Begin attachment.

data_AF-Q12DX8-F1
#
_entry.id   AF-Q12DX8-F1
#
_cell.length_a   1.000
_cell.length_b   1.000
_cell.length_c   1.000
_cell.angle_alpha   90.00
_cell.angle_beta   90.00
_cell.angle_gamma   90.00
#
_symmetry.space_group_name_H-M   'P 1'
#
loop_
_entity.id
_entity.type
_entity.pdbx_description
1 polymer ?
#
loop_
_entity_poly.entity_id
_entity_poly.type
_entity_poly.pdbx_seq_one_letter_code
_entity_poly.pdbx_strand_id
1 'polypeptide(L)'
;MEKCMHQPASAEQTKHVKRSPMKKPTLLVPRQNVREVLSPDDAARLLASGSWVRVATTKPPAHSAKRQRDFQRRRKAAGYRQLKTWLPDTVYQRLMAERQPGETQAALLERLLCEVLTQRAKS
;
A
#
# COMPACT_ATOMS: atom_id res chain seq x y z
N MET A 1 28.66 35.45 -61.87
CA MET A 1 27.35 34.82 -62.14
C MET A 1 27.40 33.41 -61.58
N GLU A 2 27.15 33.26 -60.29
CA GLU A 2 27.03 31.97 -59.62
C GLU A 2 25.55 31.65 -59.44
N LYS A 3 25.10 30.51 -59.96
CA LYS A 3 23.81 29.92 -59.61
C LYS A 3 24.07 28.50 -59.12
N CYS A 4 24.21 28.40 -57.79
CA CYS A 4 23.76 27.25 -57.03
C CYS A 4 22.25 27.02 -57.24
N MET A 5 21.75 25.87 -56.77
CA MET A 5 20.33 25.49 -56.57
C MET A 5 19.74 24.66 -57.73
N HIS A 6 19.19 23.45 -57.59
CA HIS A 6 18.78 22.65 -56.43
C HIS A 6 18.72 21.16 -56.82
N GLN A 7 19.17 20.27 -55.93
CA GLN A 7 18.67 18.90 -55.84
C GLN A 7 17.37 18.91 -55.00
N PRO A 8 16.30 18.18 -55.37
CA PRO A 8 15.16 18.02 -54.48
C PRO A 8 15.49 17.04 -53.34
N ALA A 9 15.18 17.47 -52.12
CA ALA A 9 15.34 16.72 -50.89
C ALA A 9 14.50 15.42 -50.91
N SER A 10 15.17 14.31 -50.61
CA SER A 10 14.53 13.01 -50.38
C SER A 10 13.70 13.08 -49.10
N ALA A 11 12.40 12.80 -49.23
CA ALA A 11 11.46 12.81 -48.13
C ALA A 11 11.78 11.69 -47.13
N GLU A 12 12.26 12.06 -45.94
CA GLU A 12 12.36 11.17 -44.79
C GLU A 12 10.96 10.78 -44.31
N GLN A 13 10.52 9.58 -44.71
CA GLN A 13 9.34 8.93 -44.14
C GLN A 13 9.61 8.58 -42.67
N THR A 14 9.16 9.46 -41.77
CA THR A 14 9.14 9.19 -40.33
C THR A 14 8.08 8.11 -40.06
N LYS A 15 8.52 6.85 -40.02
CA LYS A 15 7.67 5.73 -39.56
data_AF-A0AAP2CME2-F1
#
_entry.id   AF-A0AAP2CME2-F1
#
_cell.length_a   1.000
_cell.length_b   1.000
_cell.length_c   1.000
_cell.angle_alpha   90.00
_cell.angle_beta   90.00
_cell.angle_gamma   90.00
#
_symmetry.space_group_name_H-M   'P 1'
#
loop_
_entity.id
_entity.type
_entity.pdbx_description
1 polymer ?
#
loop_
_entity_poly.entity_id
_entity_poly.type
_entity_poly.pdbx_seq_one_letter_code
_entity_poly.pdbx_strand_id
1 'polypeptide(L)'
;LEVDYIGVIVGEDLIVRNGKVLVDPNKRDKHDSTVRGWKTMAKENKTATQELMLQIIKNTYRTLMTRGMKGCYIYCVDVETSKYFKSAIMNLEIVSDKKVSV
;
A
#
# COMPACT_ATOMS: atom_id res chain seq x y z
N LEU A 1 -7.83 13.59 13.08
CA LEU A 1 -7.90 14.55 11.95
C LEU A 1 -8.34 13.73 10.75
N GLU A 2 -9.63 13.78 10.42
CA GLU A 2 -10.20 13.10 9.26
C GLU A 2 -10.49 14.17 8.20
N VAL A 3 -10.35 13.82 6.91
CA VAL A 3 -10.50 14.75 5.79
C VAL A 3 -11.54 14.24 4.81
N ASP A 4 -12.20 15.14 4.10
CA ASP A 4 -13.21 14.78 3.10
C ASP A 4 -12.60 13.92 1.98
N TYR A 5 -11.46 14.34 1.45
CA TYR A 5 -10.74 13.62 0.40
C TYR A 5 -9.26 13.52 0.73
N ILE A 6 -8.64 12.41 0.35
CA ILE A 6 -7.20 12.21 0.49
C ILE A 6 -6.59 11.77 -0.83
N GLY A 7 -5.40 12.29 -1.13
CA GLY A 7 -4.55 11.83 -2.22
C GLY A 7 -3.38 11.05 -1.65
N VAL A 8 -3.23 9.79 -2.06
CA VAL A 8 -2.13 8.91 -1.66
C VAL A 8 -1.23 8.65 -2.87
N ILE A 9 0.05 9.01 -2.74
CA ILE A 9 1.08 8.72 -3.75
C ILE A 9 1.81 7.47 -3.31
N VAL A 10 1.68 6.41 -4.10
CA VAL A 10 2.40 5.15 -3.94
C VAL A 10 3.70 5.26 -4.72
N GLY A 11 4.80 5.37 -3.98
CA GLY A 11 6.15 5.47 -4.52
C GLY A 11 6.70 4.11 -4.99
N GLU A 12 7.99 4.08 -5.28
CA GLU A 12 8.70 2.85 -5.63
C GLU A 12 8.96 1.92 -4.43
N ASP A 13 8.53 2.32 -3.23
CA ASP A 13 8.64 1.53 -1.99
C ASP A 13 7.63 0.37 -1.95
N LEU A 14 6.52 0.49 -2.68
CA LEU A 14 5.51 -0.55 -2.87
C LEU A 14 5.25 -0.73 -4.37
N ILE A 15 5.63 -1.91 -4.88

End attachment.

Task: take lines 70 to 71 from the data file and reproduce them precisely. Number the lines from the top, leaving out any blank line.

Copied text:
N THR A 14 9.16 9.46 -41.77
CA THR A 14 9.14 9.19 -40.33